Later Life and Career

Vic never really looked back once he quit the comic book industry.
Vic was able to effectively use his artistic abilities to become an award-winning advertising illustrator and earned the moniker “Quick Vic” for his quickness in meeting deadlines.

On his website, Vic lists a short list of the businesses that have benefited from his conceptual and illustration abilities.

These businesses include Y & R, Grey Advertising, McCann-Erickson, Disney, Delta Airlines, Coca-Cola, AT&T Worldwide, General Motors, Palmolive, SCANA, Advil, Reader’s Digest, Sunbeam, Ometric, Jell-O, Kenner Toys, and many more.

Comic Book Conventions

Over the following thirty to forty years, Carrabotta would have a highly successful career in advertising, working as an art director for some significant advertising agencies.

Carrabotta moved to South Carolina in the 1950s, and in the early 2000s, he moved back there after briefly relocating to the Northeast during his work in advertising.

Over the previous 20 years, he had been a mainstay at comic book conventions in the South.

Personal Life

Carrabotta has had two marriages.He’s got six kids. He and his family resided in Westport, Connecticut, for the final years of his advertising business.

However, after getting remarried and moving to Columbia, South Carolina, after the 9/11 World Trade Center terrorist assault, he and his new wife fled the New York metropolitan area.

He later spent three years in Los Angeles, California, where he worked on the movie posters for the Pirates of the Caribbean series.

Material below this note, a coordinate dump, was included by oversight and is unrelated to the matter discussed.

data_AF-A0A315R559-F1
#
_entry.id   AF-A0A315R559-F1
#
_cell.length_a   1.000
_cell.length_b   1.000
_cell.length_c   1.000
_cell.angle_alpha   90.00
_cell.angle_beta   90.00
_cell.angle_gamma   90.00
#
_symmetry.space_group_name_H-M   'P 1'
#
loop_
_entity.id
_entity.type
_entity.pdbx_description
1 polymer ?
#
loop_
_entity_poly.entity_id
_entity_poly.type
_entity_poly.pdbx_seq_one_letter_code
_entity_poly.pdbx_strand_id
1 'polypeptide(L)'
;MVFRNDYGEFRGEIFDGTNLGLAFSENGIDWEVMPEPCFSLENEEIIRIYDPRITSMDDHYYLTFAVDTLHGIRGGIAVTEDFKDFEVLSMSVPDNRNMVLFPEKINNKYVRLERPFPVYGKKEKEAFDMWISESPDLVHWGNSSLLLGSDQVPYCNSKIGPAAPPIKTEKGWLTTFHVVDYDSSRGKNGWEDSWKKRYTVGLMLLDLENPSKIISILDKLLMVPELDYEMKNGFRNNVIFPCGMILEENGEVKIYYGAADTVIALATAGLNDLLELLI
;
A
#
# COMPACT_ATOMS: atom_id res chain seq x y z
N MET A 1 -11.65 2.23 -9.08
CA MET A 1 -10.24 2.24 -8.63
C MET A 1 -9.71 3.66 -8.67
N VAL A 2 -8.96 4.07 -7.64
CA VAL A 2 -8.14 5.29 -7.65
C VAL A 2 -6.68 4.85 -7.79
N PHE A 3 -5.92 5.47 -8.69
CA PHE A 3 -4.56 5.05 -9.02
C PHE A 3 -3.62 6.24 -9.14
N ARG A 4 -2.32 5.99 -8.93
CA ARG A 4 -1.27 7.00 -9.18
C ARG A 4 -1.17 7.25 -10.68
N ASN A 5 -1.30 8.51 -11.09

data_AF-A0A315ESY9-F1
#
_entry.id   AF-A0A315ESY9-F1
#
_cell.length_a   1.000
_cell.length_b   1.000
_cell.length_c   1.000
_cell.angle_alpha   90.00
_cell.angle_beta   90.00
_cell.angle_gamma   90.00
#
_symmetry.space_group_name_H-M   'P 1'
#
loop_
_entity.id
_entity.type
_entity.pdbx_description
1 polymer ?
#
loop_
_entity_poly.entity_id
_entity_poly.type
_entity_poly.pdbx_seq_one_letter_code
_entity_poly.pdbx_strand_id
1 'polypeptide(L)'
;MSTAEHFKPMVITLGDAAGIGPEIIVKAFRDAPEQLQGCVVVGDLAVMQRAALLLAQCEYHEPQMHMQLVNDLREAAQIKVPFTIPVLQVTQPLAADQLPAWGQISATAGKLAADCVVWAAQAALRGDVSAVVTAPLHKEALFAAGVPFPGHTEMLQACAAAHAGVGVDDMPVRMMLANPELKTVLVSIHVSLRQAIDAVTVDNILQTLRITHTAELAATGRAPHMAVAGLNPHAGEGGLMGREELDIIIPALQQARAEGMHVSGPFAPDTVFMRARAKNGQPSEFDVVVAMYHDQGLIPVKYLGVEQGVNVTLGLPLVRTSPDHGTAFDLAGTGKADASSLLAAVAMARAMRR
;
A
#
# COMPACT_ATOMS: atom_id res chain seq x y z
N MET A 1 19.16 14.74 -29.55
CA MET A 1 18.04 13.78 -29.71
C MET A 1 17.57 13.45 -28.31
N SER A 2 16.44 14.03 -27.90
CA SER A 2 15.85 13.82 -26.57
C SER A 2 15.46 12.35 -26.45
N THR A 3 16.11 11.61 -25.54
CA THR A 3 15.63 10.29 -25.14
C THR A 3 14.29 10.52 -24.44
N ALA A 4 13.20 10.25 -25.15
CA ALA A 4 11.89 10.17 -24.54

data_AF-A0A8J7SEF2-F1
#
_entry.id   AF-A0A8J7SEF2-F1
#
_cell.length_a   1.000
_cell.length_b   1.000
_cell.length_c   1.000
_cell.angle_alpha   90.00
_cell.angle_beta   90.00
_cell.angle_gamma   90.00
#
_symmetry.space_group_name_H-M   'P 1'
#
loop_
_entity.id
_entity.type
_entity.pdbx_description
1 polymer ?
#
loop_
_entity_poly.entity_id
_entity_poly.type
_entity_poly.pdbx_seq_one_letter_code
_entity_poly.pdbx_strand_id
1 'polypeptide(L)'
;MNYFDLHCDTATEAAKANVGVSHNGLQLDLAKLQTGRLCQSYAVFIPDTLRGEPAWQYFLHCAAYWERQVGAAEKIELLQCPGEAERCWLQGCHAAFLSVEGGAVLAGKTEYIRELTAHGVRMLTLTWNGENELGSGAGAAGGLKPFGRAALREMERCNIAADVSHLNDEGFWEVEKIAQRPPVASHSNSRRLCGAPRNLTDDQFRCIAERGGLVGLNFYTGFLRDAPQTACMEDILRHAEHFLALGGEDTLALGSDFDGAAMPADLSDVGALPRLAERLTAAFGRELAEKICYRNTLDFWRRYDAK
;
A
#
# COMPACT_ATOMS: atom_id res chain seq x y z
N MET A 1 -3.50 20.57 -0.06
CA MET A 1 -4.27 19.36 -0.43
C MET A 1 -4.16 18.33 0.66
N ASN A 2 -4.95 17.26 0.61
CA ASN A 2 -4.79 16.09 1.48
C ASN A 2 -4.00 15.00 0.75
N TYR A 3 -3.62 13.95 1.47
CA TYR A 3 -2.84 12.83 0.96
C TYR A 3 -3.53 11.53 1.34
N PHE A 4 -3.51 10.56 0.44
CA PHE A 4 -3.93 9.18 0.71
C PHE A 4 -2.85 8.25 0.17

Tributes to Vic Carrabotta

Many people expressed their profound sympathies to his family and expressed how much they loved him. The news of this occurrence has upset his supporters and fans.

Comics Royale 007 tweeted,

Hi everyone, translations will be returning soon once I get moved into my new home. For now I just wanted to say R.I.P. to the great Atlas era artist Vic Carrabotta. He was a true gentleman and I’m thrilled to have a piece of Bond art by him. Best wishes to his family and fans.”

Adam tweeted,

With the announcement of famous Marvel artist Vic Carrabotta passing, I thought I would share a piece he did for me last year. While we didn’t talk for long, he was so kind to me and took his time talking to me and drawing for me. This is a heartbreaking loss. He will be missed.”

We wish him eternal peace and send our thoughts and prayers to his loved ones, family, friends. May he rest in peace.